Reduced levels of dopamine in brain may make it harder for people with ADHD to pay attention

KNOXVILLE, Tenn. (WVLT) - ADHD symptoms vary widely and can impair a person's ability to pay attention, complete tasks and be productive. Now new research looks at how a faulty neurotransmission in the brain may be at the root of some of these issues.

Research has indicated that the classic symptoms of impulsivity and inattention could be caused by a disruption in the transmission of dopamine - a chemical in the brain that helps cells to communicate.

Dr. Nora Volkow, of the National Institute on Drug Abuse, and her colleagues, theorizes that faulty dopamine transmission is actually to blame for the underlying struggle many patients have completing tasks when there is no immediate reward on the horizon.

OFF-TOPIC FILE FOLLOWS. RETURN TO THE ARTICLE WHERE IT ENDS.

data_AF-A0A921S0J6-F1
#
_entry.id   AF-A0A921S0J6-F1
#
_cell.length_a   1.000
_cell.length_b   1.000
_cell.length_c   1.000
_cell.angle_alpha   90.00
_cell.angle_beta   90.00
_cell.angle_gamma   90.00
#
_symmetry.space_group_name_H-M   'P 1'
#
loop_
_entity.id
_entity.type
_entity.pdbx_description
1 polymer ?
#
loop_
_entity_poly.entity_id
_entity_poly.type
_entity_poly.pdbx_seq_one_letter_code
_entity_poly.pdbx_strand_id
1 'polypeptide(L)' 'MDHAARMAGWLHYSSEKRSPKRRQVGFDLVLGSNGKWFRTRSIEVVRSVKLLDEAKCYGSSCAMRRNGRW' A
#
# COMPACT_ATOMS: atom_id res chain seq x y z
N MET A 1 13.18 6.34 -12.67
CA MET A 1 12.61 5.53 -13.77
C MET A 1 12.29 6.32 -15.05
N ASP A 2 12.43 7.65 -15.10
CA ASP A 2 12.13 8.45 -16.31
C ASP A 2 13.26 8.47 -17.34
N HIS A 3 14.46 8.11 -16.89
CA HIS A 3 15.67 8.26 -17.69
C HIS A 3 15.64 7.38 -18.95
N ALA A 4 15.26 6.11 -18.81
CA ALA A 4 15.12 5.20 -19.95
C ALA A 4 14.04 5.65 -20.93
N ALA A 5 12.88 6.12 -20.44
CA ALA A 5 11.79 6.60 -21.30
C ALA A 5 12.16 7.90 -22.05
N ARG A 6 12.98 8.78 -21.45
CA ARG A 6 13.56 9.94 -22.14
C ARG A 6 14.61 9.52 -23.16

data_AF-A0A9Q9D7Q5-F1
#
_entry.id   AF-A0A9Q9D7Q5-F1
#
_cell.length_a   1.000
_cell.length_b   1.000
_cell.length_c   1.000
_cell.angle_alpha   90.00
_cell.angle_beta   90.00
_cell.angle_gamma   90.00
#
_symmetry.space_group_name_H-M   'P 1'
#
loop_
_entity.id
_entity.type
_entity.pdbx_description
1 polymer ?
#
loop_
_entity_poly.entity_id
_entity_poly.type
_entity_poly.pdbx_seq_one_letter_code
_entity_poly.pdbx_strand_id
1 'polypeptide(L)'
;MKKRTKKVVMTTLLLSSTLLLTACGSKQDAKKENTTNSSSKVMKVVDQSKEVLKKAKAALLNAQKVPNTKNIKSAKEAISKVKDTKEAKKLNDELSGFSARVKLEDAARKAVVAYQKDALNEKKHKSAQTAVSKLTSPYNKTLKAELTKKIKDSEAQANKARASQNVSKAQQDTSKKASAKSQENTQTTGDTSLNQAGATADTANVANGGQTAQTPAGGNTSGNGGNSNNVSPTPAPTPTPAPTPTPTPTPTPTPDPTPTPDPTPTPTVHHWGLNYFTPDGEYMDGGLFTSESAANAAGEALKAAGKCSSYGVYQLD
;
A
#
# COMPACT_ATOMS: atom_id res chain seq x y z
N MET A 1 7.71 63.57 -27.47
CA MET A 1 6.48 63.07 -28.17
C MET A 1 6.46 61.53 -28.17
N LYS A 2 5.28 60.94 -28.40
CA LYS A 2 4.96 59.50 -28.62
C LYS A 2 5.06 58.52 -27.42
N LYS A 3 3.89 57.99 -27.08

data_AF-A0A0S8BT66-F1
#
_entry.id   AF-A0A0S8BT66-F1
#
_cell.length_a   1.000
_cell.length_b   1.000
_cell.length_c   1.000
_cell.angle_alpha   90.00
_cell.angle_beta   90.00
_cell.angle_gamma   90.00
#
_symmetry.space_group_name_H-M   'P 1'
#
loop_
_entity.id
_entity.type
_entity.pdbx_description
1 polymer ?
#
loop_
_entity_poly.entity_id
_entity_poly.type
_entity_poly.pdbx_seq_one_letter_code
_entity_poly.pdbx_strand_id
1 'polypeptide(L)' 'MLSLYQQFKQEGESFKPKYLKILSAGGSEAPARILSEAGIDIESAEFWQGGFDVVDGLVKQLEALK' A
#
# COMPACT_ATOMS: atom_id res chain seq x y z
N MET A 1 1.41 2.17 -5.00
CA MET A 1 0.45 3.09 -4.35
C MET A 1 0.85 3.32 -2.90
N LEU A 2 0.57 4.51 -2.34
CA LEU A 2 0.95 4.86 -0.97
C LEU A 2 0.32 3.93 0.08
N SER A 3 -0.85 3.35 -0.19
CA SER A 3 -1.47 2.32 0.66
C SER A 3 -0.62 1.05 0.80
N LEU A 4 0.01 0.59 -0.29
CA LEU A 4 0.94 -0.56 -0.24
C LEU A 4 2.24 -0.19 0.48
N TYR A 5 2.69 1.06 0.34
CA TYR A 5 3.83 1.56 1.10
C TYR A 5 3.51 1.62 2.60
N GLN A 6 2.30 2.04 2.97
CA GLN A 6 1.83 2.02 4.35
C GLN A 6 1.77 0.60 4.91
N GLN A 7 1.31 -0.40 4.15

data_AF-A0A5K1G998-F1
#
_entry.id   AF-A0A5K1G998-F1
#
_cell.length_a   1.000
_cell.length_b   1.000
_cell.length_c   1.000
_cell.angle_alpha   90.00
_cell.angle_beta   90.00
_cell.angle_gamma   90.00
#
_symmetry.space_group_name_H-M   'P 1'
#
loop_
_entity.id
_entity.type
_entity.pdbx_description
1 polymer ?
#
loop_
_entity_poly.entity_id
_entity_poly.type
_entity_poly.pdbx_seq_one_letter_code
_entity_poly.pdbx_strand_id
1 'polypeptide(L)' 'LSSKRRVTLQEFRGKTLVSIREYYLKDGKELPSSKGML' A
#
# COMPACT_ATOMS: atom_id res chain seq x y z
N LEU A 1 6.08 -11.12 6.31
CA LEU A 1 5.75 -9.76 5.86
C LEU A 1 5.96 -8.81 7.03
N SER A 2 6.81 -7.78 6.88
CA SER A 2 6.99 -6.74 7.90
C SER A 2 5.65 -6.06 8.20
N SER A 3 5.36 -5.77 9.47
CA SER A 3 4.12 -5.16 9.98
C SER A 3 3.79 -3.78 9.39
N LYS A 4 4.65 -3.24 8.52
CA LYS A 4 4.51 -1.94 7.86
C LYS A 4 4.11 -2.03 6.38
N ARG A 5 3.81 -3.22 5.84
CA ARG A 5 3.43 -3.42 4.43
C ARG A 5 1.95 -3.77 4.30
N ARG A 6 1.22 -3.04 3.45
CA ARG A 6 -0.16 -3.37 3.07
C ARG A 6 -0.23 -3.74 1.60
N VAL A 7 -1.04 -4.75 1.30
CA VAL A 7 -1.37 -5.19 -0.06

"Dopamine is considered a neurotransmitter that is crucial for our ability to perceive rewards and to be motivated in our behavior," says Dr. Volkow.

The study compared what's called the dopamine reward pathway in the brains of 53 adults who had ADHD with 44 adults who did not, using images taken at Brookhaven National Laboratory in New York.

"There was a lower concentration of dopamine markers in the brain of individuals with ADHD, specifically in the areas of the brain that are involved with reward and motivation," says Dr. Volkow.

Researchers say the findings help explain why ADHD patients have such a hard time focusing on tasks they don't find interesting.

The study reinforces the concept of how creating ways to make school and work tasks seem more rewarding to patients with ADHD could result in improved performance.

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